There has not been a special demand to outlaw "vilification" of religion other than the blasphemy laws which adorn the statute books of many countries. These laws have been introduced at the instigation of religious groups and do not generally extend to other religions than the dominant religion. In the U.K. there has been a demand that the laws originally introduced to defend the Christian religion be extended to cover Islam as well. This arguments supportive of blasphemy laws have little validity. Their complete repeal has been demanded by many humanists.
We can hope that a study of Islam on the subjects of slavery and its treatment of non-believers will be of use and relevance to the current debate. One can only hope that scholars will devote more attention to this subject than has been the case so far.
1. Humanism is the philosophy that asserts the primacy of the human being over a supernatural entity like God, that asserts that reason should be the foundation of all beliefs, and which affirms that ethical precepts need not be grounded on religious dogmas. Humanist groups have agitated for the separation of church and state, for the defence of human rights, for the freedom of belief and opinion, for reproductive rights for women, for voluntary euthanasia, and many similar goals.
2. Paul rejected the notion that the Jewish Law should be followed by Christians but he did not reject the Old Testament as part of the divine revelation. Since Pauline Christianity is now the basis of most modern Christian denominations one can argue that slavery has ceased to be fundamental to it. However Negro slavery in the United States had been justified on Biblical grounds. It is, of course, Christian powers who took a leading part in suppressing Islamic slavery in the nineteenth century. 3. The Christian texts too have been presented as the word of God but this claim is now not as vigorously advocated as it has been in the past. Their human authorship is now freely admitted. But this has not happened with respect to the Koran. Here it is claimed that Muhamad was only a mouthpiece for a message that came from high.
4. The Koran was not actually written by Muhammad who is said to have recited its various sections (called Suras) at various times in his prophetic career. These were compiled by his successor Abu Bakr, the first Caliph, into a book. In course of time this too got corrupted with several versions circulating in various parts of the Islamic empire. A later Caliph issued an authoritative version burning all other copies.
5. Slaves are invariably referred to in the Koran as "possessions of the right hand". That this refers to slave is universally agreed by all interpreters of the Koran.
6. The Hadith consists of anecdotes of the sayings and doings of Muhammad (called matn) and were compiled several centuries after Muhammad's death. Each matn is authenticated by its pedigree (called its isnard ) going back to the person who originally heard or saw the event described. The most authentic of the hadiths are those ascribed to al-Bukhari and Muslim, both of whom lived in the ninth century CE.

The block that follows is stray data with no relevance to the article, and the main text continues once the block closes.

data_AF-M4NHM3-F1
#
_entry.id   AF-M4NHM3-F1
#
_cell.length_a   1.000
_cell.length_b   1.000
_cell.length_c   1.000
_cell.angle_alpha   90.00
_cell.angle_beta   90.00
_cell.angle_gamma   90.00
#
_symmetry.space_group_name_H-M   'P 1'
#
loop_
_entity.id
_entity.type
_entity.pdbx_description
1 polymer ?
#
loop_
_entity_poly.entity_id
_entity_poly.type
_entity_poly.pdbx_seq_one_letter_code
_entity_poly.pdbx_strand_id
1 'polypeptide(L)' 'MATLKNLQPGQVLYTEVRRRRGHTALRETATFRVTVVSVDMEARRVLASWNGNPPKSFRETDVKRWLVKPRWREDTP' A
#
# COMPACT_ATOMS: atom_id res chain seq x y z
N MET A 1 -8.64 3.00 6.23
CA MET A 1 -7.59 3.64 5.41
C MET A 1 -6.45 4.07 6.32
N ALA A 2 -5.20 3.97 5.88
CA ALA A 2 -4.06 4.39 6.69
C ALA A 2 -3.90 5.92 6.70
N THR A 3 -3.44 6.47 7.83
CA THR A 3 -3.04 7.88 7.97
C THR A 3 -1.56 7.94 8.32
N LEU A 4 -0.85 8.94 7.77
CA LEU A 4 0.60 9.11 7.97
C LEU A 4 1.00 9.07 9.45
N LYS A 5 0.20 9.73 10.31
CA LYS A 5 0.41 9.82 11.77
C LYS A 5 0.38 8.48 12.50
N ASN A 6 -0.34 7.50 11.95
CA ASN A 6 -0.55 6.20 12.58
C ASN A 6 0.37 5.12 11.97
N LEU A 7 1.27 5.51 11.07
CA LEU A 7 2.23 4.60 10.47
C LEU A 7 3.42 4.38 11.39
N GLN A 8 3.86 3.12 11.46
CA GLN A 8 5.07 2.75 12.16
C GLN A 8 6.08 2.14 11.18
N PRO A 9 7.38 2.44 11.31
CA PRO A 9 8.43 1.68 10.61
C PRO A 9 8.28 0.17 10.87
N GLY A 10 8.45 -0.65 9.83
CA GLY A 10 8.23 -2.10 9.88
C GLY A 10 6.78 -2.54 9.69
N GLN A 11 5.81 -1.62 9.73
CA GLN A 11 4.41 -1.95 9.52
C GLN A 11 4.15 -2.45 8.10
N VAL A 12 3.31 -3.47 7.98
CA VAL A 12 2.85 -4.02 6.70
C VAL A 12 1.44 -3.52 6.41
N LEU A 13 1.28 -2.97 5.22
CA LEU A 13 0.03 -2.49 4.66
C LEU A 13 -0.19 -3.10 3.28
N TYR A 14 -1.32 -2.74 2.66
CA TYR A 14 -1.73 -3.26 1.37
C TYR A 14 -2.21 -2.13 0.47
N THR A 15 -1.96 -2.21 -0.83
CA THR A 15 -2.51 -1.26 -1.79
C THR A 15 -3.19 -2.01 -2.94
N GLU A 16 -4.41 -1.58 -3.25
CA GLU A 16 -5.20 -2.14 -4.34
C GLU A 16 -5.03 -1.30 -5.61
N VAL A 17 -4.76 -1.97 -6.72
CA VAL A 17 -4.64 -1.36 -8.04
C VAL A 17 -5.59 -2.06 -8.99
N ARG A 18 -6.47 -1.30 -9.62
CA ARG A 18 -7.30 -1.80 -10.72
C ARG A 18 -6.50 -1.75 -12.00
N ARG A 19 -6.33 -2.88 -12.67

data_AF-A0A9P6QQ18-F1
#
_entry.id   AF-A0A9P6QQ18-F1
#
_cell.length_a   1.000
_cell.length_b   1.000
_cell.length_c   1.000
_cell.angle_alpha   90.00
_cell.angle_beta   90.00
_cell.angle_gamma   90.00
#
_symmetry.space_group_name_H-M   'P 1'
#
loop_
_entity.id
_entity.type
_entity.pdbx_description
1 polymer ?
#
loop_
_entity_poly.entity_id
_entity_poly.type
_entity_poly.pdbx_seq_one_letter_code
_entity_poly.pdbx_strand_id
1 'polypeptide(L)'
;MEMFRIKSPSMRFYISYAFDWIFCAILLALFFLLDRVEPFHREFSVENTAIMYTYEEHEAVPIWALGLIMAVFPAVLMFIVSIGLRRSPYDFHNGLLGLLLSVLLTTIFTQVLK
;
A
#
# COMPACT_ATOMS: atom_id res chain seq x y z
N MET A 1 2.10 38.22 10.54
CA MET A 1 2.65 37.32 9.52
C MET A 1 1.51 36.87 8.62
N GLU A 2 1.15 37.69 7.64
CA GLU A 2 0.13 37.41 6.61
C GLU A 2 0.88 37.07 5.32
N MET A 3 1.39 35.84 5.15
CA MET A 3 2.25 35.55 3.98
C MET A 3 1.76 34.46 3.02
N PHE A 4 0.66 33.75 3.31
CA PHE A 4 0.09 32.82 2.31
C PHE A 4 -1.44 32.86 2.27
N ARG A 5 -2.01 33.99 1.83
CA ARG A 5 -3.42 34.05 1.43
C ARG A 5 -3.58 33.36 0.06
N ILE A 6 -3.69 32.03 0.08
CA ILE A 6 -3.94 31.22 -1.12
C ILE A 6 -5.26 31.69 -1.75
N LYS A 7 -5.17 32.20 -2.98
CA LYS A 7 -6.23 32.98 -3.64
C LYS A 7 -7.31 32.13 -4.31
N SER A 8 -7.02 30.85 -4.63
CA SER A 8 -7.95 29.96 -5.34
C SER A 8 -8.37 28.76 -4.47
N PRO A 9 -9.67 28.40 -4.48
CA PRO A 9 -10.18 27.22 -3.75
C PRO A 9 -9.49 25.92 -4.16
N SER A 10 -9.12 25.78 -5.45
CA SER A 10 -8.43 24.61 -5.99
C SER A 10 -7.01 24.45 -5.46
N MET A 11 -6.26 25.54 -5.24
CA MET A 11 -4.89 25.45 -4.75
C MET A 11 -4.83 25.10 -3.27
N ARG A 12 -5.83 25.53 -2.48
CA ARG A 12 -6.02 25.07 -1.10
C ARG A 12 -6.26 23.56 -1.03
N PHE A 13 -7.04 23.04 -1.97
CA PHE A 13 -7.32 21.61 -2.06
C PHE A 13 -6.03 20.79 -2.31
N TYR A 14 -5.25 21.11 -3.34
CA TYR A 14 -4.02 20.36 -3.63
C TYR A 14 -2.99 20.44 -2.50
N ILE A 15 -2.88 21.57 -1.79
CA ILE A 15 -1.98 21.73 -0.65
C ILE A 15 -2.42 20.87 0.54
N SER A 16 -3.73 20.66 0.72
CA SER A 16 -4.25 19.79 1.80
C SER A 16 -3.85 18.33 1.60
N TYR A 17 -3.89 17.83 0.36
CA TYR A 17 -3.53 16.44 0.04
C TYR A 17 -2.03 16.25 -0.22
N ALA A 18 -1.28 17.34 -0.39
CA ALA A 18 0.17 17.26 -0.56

It must be remembered that the Muslim fast is from dawn to dusk. Thus if the breakfast is taken before dawn breaks and the dinner after dusk has set in the person fasting misses only one meal!
A common method of execution was beheading, so "freeing a neck" might refer to not executing some one.
Muslim jurists are divided over the interpretation of this verse. Some regard it as requiring the whole face and head to be covered (except for the eyes) hence the chador (Iran, Saudi Arabia, etc.) This may be the reasonable interpretation as it is said that the head covering must come all the way to the bosom. Others consider that only the top of the head need be covered (Malaysia, Pakistan, etc.) Some women completely disregard this verse, but then they may not be "believing" women!
12. There are other verses (e.g. Sura 2, verse 177) where it is stated that a righteous person will give away wealth "for (the emancipation of) the captives". As usual this is not an obligatory requirement but one that the pious may do.
13. This Sura was given to justify Muhammad's desire to wed Zainab the wife of this freed slave Zaid whom Muhammad had adopted as a son. On a visit to Zaid Muhammad had seen Zainab in a semi-dressed state and had coveted her. Zaid hearing this divorced her, but it was still contrary to Arab custom. Hence the need for a special Sura to justify it. Zaid has the distinction of being the only one of Muhammad's followers to be named individually in the Koran.
14. There are several Suras which are specific to particular individuals, usually to the Prophet himself.
15. This was validated by Allah in a convenient revelation (Sura 8, The Accessions): " It is not fit for a prophet that he should take captives unless he has fought and triumphed in the land" (Verse 67). Some translate the latter part of this as "made slaughter in the land".
16. He also interprets Sura 24.32 to mean that marriage was obligatory for a slave. As we have seen this Sura does not entail such an obligation.
17. After the death of his first wife Khadija Muhammad married in turn Sauda, Ayesha, Hafsa, Habiba, Salma, Safia, Moyumuna, Zainab bint Jahsh, Zainab bint Khuzaimah and Juwairya. At his death he left ten widows, none of whom were permitted to marry again by a special revelation he had laid down..
18. Muhammad had no quarters of his own and spent each night in one of the houses of his consorts. One day when it was Hafsa's "turn" he was discovered with Mary , to make matters worse, in Hafsa's own quarters. This violated Muhammad's own rule to treat each wife equally and led to some dissension amongst his household. Muhammad's favourite wife was Ayesha whom he married when she was nine and he was in his fifties....